The Internet Is Slaying the Middle Class
Jaron Lanier is a computer science pioneer who has grown gradually disenchanted with the online world since his early days popularizing the idea of virtual reality. “Lanier is often described as ‘visionary,’ ” Jennifer Kahn wrote in a 2011 New Yorker profile, “a word that manages to convey both a capacity for mercurial insight and a lack of practical job skills.”
Raised mostly in Texas and New Mexico by bohemian parents who’d escaped anti-Semitic violence in Europe, he’s been a young disciple of Richard Feynman, an employee at Atari, a scholar at Columbia, a visiting artist at New York University, and a columnist for Discover magazine. He’s also a longtime composer and musician, and a collector of antique and archaic instruments, many of them Asian.
His book continues his war on digital utopianism and his assertion of humanist and individualistic values in a hive-mind world. But Lanier still sees potential in digital technology: He just wants it reoriented away from its main role so far, which involves “spying” on citizens, creating a winner-take-all society, eroding professions and, in exchange, throwing bonbons to the crowd.
This week sees the publication of “Who Owns the Future?,” which digs into technology, economics and culture in unconventional ways. (How is a pirated music file like a 21st century mortgage?) Lanier argues that there is little essential difference between Facebook and a digital trading company, or Amazon and an enormous bank. (“Stanford sometimes seems like one of the Silicon Valley companies.”)
Much of the book looks at the way Internet technology threatens to destroy the middle class by first eroding employment and job security, along with various “levees” that give the economic middle stability.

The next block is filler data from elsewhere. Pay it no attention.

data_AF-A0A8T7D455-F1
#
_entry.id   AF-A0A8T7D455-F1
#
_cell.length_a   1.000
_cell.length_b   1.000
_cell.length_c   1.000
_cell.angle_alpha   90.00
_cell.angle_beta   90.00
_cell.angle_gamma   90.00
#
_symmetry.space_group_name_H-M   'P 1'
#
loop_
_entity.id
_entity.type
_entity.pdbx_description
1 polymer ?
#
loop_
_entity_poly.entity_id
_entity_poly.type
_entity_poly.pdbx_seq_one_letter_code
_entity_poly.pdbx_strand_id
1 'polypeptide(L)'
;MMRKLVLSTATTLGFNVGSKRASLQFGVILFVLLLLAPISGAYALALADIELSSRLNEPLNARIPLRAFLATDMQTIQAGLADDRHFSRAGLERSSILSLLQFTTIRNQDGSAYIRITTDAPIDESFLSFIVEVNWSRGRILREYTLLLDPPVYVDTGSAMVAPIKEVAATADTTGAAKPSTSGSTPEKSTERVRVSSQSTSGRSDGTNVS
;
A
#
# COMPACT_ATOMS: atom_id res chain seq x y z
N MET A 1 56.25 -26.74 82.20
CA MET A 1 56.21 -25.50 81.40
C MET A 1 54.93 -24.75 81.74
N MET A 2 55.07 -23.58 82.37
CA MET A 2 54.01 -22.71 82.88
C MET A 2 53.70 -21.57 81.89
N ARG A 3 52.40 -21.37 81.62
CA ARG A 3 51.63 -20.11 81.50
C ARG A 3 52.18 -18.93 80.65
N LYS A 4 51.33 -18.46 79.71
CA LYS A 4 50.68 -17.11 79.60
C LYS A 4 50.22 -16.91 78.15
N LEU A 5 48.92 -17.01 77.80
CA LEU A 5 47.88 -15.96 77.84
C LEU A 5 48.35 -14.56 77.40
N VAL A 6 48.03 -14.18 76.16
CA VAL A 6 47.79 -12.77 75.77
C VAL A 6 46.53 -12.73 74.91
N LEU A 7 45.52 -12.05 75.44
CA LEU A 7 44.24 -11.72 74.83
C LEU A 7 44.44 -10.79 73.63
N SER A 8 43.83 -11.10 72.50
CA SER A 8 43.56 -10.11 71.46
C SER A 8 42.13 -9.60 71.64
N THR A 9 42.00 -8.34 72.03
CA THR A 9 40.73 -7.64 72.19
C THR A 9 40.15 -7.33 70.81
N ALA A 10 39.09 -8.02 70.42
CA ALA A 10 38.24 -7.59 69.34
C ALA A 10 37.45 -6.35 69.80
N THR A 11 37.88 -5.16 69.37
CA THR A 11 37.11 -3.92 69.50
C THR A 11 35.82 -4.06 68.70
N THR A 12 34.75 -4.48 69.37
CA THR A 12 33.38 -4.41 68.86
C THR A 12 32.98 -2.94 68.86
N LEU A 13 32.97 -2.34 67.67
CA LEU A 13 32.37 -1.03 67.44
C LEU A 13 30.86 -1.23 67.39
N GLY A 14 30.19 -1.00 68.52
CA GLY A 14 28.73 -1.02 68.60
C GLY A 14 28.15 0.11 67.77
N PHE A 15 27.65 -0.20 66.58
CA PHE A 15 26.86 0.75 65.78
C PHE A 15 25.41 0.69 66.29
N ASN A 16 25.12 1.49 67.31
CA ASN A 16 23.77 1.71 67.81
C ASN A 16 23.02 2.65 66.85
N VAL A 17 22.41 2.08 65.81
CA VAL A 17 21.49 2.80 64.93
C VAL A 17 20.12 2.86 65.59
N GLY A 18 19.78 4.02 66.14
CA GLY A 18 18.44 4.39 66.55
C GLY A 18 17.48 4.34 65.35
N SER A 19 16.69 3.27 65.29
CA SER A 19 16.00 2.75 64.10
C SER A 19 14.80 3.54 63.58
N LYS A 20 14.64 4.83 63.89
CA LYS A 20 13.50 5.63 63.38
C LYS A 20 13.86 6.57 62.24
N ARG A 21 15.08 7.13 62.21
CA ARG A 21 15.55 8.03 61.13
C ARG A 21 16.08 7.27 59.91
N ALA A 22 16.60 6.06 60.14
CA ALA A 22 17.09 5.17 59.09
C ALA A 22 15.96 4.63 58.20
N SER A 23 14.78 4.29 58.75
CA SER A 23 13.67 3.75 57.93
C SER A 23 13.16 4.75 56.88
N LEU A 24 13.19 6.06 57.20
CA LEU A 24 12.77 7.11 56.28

“Here’s a current example of the challenge we face,” he writes in the book’s prelude: “At the height of its power, the photography company Kodak employed more than 140,000 people and was worth $28 billion. They even invented the first digital camera. But today Kodak is bankrupt, and the new face of digital photography has become Instagram. When Instagram was sold to Facebook for a billion dollars in 2012, it employed only 13 people. Where did all those jobs disappear? And what happened to the wealth that all those middle-class jobs created?”
“Future” also looks at the way the creative class – especially musicians, journalists and photographers — has borne the brunt of disruptive technology.
The new book – which has drawn a rave in the New York Times — has already received a serious challenge from Evgeny Morozov in the Washington Post. The Internet-skeptic author of “To Save Everything, Click Here: The Folly of Technological Solutionism” challenges Lanier’s proposed solution that regular people be rewarded in micropayments when their data enriches a digital network.
But more important than Lanier’s hopes for a cure is his diagnosis of the digital disease. Eccentric as it is, “Future” is one of the best skeptical books about the online world, alongside Nicholas Carr’s “The Shallows,” Robert Levine’s “Free Ride” and Lanier’s own “You Are Not a Gadget.”
We spoke to the dreadlocked, Berkeley-based author from the road, where he’s on a massive book tour.
You talk early in “Who Owns the Future?” about Kodak — about thousand of jobs being destroyed, and Instagram picking up the slack — but with almost no jobs produced. So give us a sense of how that happens and what the result is. It seems like the seed of your book in a way.
Right. Well, I think what’s been happening is a shift from the formal to the informal economy for most people. So that’s to say if you use Instagram to show pictures to your friends and relatives, or whatever service it is, there are a couple of things that are still the same as they were in the times of Kodak. One is that the number of people who are contributing to the system to make it viable is probably the same. Instagram wouldn’t work if there weren’t many millions of people using it. And furthermore, many people kind of have to use social networks for them to be functional besides being valuable. People have to, there’s a constant tending that’s done on a volunteer basis so that people can find each other and whatnot.